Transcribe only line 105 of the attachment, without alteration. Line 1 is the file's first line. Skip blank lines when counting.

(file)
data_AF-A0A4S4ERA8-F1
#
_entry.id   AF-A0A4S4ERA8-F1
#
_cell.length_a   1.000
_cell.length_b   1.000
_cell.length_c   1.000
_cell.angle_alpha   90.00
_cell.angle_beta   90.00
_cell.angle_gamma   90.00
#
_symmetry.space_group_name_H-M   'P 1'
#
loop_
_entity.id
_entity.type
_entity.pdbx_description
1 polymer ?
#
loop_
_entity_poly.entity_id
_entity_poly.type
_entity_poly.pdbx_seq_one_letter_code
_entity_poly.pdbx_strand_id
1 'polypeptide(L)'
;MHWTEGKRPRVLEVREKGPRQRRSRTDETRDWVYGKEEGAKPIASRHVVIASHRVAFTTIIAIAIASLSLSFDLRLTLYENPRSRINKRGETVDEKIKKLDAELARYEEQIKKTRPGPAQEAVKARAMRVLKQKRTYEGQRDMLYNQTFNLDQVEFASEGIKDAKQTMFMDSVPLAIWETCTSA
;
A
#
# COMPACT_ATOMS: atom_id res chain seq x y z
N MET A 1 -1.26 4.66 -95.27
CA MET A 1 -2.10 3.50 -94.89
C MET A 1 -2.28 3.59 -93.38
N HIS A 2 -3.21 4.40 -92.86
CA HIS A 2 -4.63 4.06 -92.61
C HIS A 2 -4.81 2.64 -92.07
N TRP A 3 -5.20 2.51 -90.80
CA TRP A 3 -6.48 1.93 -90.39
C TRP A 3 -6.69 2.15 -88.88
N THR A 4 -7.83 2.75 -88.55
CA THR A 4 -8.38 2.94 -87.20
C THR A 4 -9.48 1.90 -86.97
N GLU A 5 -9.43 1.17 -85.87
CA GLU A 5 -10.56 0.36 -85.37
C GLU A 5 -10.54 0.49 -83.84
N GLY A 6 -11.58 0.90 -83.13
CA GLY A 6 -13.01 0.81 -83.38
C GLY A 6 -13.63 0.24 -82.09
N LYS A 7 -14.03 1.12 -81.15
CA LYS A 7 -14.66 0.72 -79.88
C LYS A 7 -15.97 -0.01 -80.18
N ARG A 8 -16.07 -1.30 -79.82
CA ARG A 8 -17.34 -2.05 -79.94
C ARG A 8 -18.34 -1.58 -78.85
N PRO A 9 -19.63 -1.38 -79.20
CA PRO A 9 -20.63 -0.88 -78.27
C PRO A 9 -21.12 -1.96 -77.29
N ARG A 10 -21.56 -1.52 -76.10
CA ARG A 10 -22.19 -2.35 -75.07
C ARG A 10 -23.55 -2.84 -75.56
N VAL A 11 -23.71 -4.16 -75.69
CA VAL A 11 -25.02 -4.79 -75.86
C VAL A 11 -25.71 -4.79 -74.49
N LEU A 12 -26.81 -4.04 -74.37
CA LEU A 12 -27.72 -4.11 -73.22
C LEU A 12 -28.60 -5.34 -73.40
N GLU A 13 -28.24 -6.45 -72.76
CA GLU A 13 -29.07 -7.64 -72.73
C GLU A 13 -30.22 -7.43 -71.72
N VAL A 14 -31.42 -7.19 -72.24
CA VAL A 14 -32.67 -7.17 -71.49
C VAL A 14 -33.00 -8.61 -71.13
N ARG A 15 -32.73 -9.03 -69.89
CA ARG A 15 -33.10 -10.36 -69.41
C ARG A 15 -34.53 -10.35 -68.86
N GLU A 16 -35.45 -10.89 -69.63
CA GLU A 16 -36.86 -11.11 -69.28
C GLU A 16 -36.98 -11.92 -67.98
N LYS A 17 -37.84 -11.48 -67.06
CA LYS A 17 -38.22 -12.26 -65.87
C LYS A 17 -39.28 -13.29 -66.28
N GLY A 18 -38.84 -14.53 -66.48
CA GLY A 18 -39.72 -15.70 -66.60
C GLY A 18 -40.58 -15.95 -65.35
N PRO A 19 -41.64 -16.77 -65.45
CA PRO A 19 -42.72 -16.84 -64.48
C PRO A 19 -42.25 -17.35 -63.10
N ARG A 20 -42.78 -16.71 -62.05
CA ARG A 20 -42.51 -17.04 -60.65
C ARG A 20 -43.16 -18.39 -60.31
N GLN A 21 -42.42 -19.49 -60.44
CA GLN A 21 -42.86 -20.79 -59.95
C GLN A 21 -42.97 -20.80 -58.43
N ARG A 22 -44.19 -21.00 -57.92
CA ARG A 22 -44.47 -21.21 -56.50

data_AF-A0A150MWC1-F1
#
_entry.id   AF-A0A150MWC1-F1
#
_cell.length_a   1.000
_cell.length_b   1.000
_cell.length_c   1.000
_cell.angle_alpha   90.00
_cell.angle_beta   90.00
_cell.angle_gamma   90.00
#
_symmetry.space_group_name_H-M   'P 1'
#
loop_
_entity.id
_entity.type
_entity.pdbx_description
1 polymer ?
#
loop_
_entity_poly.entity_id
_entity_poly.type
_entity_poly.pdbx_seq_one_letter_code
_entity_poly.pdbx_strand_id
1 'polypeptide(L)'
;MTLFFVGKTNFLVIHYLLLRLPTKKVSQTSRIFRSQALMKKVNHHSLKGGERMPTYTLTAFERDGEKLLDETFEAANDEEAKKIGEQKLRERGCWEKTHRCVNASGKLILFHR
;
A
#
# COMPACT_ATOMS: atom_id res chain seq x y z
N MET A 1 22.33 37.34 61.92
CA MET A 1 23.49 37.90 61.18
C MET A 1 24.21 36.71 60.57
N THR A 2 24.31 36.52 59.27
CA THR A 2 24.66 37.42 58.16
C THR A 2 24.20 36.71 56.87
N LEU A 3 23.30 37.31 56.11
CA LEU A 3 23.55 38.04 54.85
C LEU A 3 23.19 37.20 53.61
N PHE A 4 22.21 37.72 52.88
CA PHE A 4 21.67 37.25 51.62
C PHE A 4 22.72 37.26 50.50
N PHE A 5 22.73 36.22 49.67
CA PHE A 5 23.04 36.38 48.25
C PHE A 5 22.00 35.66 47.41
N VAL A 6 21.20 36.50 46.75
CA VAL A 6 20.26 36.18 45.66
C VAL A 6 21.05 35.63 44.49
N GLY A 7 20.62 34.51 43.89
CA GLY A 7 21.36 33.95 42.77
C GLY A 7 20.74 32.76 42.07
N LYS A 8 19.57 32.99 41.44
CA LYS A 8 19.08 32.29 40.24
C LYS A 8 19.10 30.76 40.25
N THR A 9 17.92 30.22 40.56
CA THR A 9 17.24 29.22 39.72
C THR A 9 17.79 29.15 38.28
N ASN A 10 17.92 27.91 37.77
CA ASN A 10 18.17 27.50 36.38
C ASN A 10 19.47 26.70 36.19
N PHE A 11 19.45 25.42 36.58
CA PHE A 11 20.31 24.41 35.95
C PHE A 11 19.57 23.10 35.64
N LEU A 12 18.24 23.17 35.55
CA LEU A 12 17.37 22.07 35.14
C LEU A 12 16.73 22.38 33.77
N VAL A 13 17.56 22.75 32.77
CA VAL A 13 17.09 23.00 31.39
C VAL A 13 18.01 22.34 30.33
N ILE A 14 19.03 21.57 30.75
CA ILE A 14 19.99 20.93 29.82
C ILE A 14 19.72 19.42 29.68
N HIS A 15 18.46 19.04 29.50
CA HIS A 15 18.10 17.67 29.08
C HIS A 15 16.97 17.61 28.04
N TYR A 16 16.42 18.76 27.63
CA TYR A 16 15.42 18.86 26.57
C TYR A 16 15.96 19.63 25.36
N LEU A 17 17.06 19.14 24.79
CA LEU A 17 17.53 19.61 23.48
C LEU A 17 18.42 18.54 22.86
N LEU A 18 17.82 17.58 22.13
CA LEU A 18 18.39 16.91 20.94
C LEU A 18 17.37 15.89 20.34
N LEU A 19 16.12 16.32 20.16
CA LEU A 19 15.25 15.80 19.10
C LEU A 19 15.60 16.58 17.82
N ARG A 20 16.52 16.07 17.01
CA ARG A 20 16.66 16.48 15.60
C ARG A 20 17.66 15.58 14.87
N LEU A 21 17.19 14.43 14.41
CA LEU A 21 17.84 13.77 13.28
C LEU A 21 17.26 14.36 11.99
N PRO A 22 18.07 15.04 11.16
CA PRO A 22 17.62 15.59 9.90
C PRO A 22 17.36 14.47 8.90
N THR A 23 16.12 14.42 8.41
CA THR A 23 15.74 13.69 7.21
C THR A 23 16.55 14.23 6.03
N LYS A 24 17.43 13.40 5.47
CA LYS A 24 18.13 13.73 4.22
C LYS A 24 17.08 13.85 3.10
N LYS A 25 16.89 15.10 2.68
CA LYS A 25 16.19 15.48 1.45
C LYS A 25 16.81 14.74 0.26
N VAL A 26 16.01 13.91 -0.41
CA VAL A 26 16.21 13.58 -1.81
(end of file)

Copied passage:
_cell.angle_gamma   90.00